1.4.2008 | Von:
Andreas Damelang
Max Steinhardt


In the period between 1987 and 2001, Germany took in more immigrants in absolute terms than the classic immigration countries of Australia and Canada put together (cf. Bade 2001).
Szene bei der Eröffnung der größten Moschee Deutschlands in Duisburg im Oktober 2008.  (© AP)

However, for political reasons the integration of immigrants in Germany was no straight-forward matter. Not until the year 1991 was a paradigm shift registered, when the CDU, which together with the FDP made up the German Federal Government, deleted the wording "Deutschland ist kein Einwanderungsland" (Germany is not a country of immigration) from the Dresden manifesto (cf. Bade 2001). Even so, it took a further 14 years before, in 2005, the Aliens Act was superseded by the Residence Act (better known as the "Immigration Law") and for the first time, the aim of promoting integration was anchored in and regulated by law. Since 2007 there has been a comprehensive battery of measures at the federal level aimed at integrating immigrants and their descendants: the "National Integration Plan", issued by the Federal Government Commissioner for Migration, Refugees and Integration (Die Beauftragte der Bundesregierung für Migration, Flüchtlinge und Integration 2007).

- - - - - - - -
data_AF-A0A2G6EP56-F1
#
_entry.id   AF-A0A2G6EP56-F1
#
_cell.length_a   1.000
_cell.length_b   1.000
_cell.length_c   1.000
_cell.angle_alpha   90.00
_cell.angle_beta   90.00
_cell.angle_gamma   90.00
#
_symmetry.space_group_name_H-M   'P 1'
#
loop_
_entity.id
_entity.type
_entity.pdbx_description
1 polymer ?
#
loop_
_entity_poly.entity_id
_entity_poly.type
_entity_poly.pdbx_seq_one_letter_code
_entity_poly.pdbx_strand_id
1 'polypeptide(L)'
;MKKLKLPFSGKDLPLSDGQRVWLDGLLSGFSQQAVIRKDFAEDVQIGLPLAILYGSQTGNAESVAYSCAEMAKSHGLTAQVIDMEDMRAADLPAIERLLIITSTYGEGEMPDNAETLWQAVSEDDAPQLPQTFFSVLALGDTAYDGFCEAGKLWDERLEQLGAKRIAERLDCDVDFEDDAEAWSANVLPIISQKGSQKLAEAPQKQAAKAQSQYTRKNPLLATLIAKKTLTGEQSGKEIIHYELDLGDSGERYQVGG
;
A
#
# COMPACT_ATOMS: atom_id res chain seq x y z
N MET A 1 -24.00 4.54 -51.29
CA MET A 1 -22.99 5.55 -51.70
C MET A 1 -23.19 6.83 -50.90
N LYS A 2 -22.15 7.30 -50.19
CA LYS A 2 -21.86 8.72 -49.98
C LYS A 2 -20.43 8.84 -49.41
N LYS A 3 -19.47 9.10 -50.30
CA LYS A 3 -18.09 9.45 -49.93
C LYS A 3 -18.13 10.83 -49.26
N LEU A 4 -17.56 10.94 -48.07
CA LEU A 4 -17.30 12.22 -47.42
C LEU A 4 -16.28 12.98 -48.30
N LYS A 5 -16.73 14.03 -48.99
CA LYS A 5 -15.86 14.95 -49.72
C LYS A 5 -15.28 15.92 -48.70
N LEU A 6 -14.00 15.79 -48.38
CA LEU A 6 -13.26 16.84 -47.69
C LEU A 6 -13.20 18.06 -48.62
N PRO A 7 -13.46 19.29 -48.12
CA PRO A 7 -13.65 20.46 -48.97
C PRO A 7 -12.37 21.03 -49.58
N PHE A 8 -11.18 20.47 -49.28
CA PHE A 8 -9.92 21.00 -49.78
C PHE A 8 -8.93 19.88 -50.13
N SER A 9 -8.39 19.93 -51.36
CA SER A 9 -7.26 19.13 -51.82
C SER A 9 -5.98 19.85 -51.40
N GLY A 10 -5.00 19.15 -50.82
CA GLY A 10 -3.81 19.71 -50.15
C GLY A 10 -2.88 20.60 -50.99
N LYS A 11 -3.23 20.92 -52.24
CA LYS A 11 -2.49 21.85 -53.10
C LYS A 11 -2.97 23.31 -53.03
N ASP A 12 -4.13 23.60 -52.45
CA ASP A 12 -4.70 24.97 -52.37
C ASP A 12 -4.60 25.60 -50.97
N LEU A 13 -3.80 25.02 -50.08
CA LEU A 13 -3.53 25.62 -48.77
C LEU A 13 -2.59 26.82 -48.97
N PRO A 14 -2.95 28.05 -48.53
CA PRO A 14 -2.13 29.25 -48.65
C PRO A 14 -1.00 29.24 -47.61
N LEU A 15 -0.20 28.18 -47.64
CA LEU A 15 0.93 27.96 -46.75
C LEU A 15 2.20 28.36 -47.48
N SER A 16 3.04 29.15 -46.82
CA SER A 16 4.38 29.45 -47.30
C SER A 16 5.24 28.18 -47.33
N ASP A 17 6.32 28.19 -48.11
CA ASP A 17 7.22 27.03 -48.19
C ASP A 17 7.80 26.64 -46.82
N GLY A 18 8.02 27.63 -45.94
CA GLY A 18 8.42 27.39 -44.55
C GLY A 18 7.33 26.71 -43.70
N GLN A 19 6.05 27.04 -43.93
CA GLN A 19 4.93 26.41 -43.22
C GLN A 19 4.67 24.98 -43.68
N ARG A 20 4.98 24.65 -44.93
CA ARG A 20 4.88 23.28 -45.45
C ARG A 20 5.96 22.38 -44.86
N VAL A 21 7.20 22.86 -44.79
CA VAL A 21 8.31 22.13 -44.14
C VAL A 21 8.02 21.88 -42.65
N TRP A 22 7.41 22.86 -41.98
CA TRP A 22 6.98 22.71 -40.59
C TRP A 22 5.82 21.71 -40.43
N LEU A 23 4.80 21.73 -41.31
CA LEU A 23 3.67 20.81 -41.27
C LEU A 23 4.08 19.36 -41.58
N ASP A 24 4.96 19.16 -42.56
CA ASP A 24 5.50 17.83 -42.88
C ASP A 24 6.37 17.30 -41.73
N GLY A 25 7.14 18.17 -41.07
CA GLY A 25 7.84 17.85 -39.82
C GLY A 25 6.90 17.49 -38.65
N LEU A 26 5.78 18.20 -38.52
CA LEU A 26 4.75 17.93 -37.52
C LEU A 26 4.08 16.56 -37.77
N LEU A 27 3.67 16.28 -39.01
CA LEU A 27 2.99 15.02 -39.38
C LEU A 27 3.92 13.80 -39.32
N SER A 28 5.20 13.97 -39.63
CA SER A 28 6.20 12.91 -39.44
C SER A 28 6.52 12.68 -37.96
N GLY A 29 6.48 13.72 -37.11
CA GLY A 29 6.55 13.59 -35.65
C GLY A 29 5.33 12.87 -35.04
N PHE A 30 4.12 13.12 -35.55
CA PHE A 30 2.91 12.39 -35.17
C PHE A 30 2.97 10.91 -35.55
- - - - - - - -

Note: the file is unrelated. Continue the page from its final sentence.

Since just under one fifth of the foreign population in Germany lives in one of the country's six biggest cities, and since there is tremendous leeway at city level in terms of implementing the regulations contained in the National Integration Plan, the present policy brief examines and describes the various concepts and measures for integrating foreign citizens in Germany's six biggest cities: Berlin, Hamburg, Munich, Cologne, Frankfurt and Stuttgart.

Some cities and local authorities recognised the need to integrate foreign citizens early on and so developed their own plans for integration to suit their region's particular requirements. Stuttgart has assumed a pioneering role in this regard, having produced and implemented its own overall concept for the integration and participation of immigrants and their children as early as 2001.